england , circa 1770


Each with shaped oval backrest centered by a lion's mask, the drapery-form armrests with lion's-head terminals on foliate-carved supports flanking a damask upholstered seat, the front seat rail centered by satyr's masks, raised on square tapering legs with trailing husks, spade feet, with variations to the carving particularly to the lion's-head armrest terminals, each inscribed in black ink 8366 / Winchester to interior of seat rails.


Part of a suite presumably commissioned by Sir John Mordaunt Cope, 8th Bart. (d.1779) or his cousin and heir the Rev. Sir Richard Cope (1719-1806) for Bramshill Park, Hampshire - the suite photographed in situ 
Thence by descent to Sir Anthony Cope, Bt., Eversley Manor, Hampshire
 A set of six sold by Sir Anthony M.L. Cope, Bt., formerly of Bramshill; Sotheby's, London, 27 April 1956, lot 99.
The Collection of Lord Astor, Cliveden, Berkshire.
Acquired from Partridge, London (1981)
Private Collection, USA

Stock number

Height: 40 in (101.5 cm)
Width: 26¹/₂ in (67.3 cm)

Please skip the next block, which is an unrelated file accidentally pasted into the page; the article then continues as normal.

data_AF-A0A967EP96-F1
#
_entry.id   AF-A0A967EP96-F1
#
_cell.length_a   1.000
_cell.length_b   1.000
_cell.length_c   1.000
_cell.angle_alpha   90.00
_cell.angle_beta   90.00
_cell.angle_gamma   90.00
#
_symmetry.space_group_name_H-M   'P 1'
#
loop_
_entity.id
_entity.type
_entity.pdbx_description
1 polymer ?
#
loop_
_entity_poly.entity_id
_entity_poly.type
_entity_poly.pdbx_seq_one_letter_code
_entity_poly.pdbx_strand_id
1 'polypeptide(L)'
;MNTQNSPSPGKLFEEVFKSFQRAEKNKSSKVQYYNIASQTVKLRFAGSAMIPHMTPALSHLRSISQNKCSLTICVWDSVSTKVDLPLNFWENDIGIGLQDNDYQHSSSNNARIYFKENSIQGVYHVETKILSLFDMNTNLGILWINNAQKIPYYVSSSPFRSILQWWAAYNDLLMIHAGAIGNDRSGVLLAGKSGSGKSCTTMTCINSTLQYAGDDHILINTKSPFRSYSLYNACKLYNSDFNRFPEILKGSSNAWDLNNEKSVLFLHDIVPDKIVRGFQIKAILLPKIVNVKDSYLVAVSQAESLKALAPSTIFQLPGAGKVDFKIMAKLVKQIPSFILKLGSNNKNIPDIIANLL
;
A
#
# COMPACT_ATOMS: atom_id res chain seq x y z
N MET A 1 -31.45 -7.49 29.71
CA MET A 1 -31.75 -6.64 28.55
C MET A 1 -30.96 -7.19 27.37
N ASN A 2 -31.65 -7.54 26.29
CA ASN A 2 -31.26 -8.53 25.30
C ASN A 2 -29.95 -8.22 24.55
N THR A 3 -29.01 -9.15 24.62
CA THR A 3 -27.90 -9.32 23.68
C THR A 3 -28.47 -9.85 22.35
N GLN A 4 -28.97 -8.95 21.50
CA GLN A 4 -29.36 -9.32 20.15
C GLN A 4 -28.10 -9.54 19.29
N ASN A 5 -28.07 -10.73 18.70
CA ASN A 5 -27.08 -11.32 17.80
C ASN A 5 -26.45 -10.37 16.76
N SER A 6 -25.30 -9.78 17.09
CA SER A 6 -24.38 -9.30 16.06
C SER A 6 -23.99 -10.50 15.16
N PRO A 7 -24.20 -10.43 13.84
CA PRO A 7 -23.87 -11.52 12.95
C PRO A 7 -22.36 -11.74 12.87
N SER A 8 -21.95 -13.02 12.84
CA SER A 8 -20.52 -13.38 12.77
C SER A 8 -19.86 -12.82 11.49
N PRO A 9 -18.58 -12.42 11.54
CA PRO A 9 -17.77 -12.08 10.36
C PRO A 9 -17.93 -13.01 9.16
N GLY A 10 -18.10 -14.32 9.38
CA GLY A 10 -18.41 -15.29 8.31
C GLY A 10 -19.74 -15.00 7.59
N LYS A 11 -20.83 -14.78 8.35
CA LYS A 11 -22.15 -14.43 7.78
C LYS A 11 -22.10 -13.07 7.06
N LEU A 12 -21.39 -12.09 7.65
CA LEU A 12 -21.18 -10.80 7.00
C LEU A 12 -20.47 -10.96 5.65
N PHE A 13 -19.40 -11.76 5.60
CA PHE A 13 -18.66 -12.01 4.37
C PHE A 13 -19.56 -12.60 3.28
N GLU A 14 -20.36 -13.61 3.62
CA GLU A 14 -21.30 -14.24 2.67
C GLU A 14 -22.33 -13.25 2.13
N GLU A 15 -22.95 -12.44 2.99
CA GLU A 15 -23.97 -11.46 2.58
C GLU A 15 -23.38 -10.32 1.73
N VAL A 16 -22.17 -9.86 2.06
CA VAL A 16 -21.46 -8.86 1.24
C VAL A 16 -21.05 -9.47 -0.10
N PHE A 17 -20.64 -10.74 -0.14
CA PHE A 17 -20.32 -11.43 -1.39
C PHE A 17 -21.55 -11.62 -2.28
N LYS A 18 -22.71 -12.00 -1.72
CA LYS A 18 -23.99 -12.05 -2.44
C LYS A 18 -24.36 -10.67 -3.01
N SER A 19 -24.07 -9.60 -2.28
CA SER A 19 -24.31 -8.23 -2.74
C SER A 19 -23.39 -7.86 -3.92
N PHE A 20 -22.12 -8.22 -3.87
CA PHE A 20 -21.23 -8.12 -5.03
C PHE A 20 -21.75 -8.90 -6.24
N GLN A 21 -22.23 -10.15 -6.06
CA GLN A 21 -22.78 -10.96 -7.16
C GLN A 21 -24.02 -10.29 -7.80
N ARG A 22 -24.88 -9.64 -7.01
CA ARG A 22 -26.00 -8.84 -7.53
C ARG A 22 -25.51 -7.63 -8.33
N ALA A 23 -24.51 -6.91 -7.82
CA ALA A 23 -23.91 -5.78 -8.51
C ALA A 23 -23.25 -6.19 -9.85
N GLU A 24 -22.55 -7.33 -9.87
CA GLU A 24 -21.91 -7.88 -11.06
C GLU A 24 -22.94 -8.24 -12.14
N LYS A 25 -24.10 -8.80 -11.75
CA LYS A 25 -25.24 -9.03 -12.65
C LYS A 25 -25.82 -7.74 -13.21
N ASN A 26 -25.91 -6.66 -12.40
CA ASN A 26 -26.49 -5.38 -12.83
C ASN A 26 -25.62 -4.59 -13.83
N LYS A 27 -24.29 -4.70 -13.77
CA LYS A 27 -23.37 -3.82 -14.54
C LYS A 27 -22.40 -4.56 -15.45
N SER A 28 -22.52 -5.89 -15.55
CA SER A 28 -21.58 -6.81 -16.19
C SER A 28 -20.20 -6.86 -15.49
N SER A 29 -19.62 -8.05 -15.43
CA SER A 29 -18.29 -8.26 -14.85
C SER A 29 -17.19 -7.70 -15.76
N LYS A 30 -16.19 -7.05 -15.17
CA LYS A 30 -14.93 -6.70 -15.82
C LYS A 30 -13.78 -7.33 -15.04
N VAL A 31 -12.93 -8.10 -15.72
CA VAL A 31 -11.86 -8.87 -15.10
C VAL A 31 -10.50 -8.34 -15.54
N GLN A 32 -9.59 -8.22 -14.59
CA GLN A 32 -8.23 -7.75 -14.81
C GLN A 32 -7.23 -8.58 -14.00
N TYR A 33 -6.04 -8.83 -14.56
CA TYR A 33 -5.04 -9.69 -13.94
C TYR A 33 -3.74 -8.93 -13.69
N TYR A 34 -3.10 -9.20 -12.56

Depth: 27¹/₂ in (70 cm)
This exceptional pair of giltwood armchairs is part of a large suite of seat-furniture, comprising at least twelve chairs, formerly at Bramshill Park, Hampshire, seat of the Cope family (illustrated, ‘Bramshill Park, Hampshire: The Seat of Sir Anthony Cope, Bart.’, Country Life, 11 July 1903, p. 56, ‘The State Drawing Room’; and 23 June 1923, p. 886, figs. 1, 2). The set was probably commissioned by Sir John Mordaunt Cope, 8th Bt. (1731-79) for his London residence, or for Bramshill.

From this set, three of the chairs were acquired by the great collector Sir William Lever, 1st Viscount Leverhulme (1851-1925) from the dealer, D.L. Isaacs, before 14 September 1905, for about £100, and are now in the Lady Lever Art Gallery, Port Sunlight (L. Wood, The Upholstered Furniture in the Lady Lever Art Gallery, New Haven and London, 2008, vol. II, pp. 617-626). A single chair but with replaced cabriole legs was with the dealer Jacques Seligmann, then gifted by Archer M. Huntington to the Metropolitan Museum of Art, New York, in 1936 (36.19). These four chairs may have been part of a group of six as indicated by the pencil numbers on the frames of the Lever chairs, and disposed of following the death of the Rev. Sir William Henry Cope, 12th Bt., in 1892. Six further chairs were sold by Sir Anthony M.L. Cope, Bt. from Bramshill, Sotheby's, London, 27 April 1956, lot 99.